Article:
History and Modern Advertising in the 60s and 70s Part 3

About the history of advertising in the 60s and 70s, modern advertising as competition, different company advertising policy.


In January, 1974, supercorporation ITT unveiled a $6 million ad drive to improve its image. ITT felt that its veneer of respectability had been dented by such widely publicized scandals as the undercover financing of the Republican party, the destruction of democratic governments (Chile), and lying about building bodies 12 ways. ITT introduced the corporate-image promotional scheme behind the slogan "The Best Ideas Are the Ideas That Help People."

The J. Walter Thompson advertising agency has billings of over $800 million and employs 6,000 people in 26 countries. Thompson has created advertising for the French police, "Thank you, guardians of the peace," which was ridiculed throughout the country. In 1974, the fascist Government of Chile hired J. Walter Thompson to promote a new and cleaner image of itself around the world. J. Walter Thompson also organized classes to teach corporation executives how to act when being interviewed by the press or when appearing before congressional committees.

Linda Lovelace starred in an ad for M & J Shoes, Encino, Calif., in 1973. And in the winter, the industry was hit with "Light Flu Season Disappoints Advertisers of Cold Remedies" (Advertising Age). It was a period of contrary events and strange bedfellows, but it was also a time of growing awareness of how the industry was harming our minority groups.

The U.S. Information Agency puts out 36 regular periodicals in 29 languages. Its purpose is to advertise and promote the Government's version of the American way of life. The Voice of America, with a budget of $50 million a year, employs 2,300 people and broadcasts 800 hours a week in 36 languages. The USIA produces more than 1,000 movies and TV shows per year which are used by more than 2,000 TV stations in 97 countries, but are not allowed to be shown in the U.S.

Paul Baran and Paul Sweezy, 2 widely respected economists, have written: "Far from being a relatively unimportant feature of the system, [advertising] has advanced to the status of one of its decisive nerve centers. In its impact on the economy, it is outranked only by militarism. In all other aspects of social existence, its all-pervasive influence is 2nd to none."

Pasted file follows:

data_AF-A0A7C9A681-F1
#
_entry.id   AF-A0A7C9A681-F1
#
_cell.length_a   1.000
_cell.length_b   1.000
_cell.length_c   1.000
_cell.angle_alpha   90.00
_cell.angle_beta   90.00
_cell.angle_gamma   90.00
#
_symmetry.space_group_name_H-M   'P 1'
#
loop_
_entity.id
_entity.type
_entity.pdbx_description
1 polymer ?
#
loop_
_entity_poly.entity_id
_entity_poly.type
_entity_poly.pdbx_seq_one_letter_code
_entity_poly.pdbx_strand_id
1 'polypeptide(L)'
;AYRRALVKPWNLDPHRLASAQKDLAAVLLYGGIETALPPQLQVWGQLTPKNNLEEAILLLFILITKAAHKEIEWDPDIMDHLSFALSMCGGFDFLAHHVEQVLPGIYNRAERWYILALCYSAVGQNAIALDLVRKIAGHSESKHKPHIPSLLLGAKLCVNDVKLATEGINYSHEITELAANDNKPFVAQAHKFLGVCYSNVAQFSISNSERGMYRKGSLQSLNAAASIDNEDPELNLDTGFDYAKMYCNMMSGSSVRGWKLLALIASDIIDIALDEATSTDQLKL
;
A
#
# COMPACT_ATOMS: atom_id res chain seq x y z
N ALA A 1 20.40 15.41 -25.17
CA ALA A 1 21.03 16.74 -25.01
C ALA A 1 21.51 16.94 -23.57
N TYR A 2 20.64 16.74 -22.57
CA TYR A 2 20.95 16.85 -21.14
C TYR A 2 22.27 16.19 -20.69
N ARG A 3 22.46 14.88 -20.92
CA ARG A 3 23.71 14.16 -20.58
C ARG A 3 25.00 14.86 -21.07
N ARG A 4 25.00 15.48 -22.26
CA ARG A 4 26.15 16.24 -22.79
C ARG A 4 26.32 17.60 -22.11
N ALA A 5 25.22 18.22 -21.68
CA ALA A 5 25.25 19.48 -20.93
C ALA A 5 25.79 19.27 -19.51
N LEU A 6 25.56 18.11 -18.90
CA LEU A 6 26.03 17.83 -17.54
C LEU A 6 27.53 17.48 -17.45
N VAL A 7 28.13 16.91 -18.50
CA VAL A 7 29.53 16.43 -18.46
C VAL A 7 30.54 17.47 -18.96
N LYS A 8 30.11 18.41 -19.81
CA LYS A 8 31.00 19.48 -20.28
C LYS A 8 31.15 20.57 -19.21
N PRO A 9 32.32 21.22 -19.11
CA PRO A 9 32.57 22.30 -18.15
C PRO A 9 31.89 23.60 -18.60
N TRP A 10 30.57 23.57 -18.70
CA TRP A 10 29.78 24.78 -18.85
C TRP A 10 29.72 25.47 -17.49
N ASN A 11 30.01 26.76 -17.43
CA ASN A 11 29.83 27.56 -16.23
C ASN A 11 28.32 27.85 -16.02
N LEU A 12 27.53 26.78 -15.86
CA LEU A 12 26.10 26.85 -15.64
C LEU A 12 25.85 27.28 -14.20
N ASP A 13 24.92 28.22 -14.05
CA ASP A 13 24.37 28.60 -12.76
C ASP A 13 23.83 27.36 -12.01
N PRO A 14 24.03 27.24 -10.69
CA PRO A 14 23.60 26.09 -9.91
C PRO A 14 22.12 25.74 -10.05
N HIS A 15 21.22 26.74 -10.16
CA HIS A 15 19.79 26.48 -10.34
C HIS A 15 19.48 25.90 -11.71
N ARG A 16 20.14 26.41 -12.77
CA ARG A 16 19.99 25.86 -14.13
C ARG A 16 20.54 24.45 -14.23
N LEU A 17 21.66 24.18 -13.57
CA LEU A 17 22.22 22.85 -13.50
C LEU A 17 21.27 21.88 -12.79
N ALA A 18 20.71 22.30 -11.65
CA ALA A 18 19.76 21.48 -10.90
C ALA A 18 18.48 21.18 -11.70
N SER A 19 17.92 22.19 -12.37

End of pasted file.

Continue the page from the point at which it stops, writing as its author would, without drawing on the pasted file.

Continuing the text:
Because of large monopolies and oligopolies of industry, such as the telephone company or the oil corporations, price competition is no longer a real factor; ads become the principal way of competing in the marketplace.

Here is a memo from the advertising director of Richard Nixon's 1968 campaign, Harry Treleavan, formerly with J. Walter Thompson: "It is part of the discipline of sound advertising to put down, as briefly as possible, the advertising proposition'--the simplest expression of the message we want to communicate. This is not the theme or slogan; the words of the proposition may never appear in advertising; yet all advertising must communicate the thought of the proposition. The proposition for the Nixon for President primary advertising can be stated like this: 'There's an uneasiness in the land. A feeling that things aren't right. That we're moving in the wrong direction. That none of the solutions to our problems are working. That we're not being told the truth about what's going on. The trouble is in Washington. Fix that and we're on our way to fixing everything. . . .And of all the Republicans, the most qualified for the job by far is Richard M. Nixon. More than any other Republican candidate for the presidency, Richard Nixon will know what has to be done--and he'll know the best way to get it done. We'll all feel a whole lot better knowing he's there in Washington running things instead of somebody else.'" (The Selling of the President, 1968 by Joe McGinniss.)

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